Access to Drinking Water

By Laura Klinnert


Distribution and Health Impacts

Access to safe drinking water is a fundamental human right, yet it remains a significant challenge for millions of people worldwide. Currently, more than one in four people globally lack access to safely drinking water services. Moreover, 40 million to 1.2 billion people are at risk of exposure to chemical contaminants in their drinking water. For example, the excessive presence of fluoride in water supplies poses a serious risk, with around 200 million people facing exposure levels exceeding the World Health Organization’s drinking water limit 1.5mg/L. Geogenic fluoride contamination puts millions of children at risk of developing dental and skeletal fluorosis, highlighting the urgency to address this issue.


Achieving Equality

The United Nations Sustainable Development, in particular the Goal 6.1 aims to achieve universal and equitable access to safe and affordable drinking water for all by 2030. This goal emphasizes the need for sufficient water availability when needed, as well as improved access to safe water sources free from microbial contamination. However, achieving this goal is not without its challenges. Ensuring safe drinking water requires addressing not only the issue of availability but also affordability, infrastructure development, and overcoming geographical and socio-economic disparities.

Strategy Proposal Bauxite for Defluoridation

Conventional defluoridation methods, such as reverse osmosis and aluminum electrocoagulation, face challenges regarding cost, complexity, scalability, and water recovery. To overcome these challenges, a strategy proposal involves directly using bauxite, the parent ore of activated alumina, for fluoride removal. Bauxite offers an interesting alternative due to its availability and affordability. Previous studies have highlighted the fluoride-affinity of bauxite from specific sources, including red mud, a residue from alumina refineries. However, most studies did not address the specific dose required to remediate groundwater to meet the World Health Organization's Maximum Contaminant Limit of 1.5 ppm F-. Recent research has shown that differentBauxite sources vary significantly in their fluoride adsorption efficiency, with Indian-sourced bauxite demonstrating the poorest performance due to the presence of calcium carbonate impurities.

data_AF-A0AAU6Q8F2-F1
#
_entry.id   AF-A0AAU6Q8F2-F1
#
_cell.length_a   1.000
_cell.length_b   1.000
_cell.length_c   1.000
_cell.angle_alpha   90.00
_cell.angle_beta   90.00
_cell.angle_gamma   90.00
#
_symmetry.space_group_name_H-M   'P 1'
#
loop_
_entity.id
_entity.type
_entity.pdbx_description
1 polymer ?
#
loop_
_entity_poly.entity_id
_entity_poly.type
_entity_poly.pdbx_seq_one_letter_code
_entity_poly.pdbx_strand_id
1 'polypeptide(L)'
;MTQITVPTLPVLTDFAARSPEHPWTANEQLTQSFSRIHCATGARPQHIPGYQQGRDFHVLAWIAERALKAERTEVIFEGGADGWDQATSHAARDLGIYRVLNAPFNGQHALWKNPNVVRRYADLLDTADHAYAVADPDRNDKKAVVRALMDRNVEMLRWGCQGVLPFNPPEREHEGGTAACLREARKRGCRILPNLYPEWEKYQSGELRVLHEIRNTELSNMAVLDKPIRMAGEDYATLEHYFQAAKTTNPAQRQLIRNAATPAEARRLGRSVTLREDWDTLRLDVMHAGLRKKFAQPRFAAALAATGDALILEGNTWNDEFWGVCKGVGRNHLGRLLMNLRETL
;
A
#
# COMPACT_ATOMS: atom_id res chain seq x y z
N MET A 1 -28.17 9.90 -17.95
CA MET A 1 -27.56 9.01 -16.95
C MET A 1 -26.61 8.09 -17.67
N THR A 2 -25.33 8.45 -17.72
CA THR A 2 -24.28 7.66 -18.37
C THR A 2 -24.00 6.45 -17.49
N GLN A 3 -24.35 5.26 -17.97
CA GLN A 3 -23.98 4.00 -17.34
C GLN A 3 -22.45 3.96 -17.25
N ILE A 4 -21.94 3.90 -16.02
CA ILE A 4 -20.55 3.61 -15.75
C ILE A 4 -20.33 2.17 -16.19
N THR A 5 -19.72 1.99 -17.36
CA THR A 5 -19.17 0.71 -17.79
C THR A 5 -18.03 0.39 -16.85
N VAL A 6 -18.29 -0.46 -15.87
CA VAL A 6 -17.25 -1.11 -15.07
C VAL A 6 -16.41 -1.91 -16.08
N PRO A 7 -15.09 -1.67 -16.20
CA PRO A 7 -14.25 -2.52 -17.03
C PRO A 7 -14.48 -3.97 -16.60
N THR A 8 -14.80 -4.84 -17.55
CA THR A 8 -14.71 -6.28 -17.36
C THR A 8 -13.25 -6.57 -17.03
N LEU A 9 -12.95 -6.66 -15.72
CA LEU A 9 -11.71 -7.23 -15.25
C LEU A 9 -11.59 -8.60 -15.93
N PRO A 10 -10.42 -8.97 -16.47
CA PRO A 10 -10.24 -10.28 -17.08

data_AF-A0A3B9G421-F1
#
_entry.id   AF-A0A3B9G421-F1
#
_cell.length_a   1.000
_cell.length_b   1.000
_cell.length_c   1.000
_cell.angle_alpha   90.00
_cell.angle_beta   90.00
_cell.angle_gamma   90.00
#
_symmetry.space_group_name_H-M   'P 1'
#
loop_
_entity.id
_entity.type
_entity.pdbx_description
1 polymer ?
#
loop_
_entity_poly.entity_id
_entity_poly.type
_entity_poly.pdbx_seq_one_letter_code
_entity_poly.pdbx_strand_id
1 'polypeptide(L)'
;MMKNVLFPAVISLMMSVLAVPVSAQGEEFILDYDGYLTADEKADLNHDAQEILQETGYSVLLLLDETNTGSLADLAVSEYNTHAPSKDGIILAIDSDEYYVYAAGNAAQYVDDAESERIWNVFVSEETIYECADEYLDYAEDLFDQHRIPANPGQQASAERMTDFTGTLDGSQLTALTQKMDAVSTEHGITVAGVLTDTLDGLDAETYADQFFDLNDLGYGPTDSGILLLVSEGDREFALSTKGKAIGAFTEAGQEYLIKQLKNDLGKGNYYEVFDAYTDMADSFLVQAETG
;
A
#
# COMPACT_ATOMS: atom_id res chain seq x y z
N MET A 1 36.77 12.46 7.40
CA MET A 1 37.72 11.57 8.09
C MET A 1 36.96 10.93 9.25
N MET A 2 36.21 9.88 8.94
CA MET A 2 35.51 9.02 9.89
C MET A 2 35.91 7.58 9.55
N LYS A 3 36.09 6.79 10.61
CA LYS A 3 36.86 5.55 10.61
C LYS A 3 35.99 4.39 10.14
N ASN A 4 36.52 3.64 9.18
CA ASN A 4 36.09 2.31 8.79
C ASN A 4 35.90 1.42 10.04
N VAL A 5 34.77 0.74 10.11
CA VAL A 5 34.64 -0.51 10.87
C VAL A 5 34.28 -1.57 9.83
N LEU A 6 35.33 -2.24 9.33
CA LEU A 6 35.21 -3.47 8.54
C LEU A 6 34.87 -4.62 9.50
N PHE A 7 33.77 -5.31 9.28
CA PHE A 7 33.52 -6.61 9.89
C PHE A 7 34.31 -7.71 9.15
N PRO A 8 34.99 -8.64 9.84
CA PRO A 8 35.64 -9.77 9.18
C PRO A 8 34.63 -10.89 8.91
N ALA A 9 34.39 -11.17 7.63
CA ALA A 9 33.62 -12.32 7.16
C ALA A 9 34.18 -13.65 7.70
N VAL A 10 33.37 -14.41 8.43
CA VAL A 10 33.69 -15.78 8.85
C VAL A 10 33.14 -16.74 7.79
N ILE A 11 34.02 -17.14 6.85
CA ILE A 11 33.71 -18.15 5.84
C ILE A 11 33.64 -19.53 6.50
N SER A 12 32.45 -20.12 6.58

Key questions like, how to enhance the efficiency of fluoride removal using bauxite, which factors impacted fluoride removal efficiency, how to improve bauxite adsorption performance, and how to translate lab research into real world applications. By addressing these questions, researchers aim to bridge the gap between scientific knowledge and tangible solutions. By developing a low-energy and low-cost processing method, Indian bauxite could serve as a practical and affordable solution to alleviate the chronic suffering of millions. By harnessing the power of bauxite, we can alleviate the suffering caused by fluorosis and bring us closer toachieving universal and equitable access to safe drinking water for all. Access to safe drinking water is a crucial aspect of public health and human well-being.

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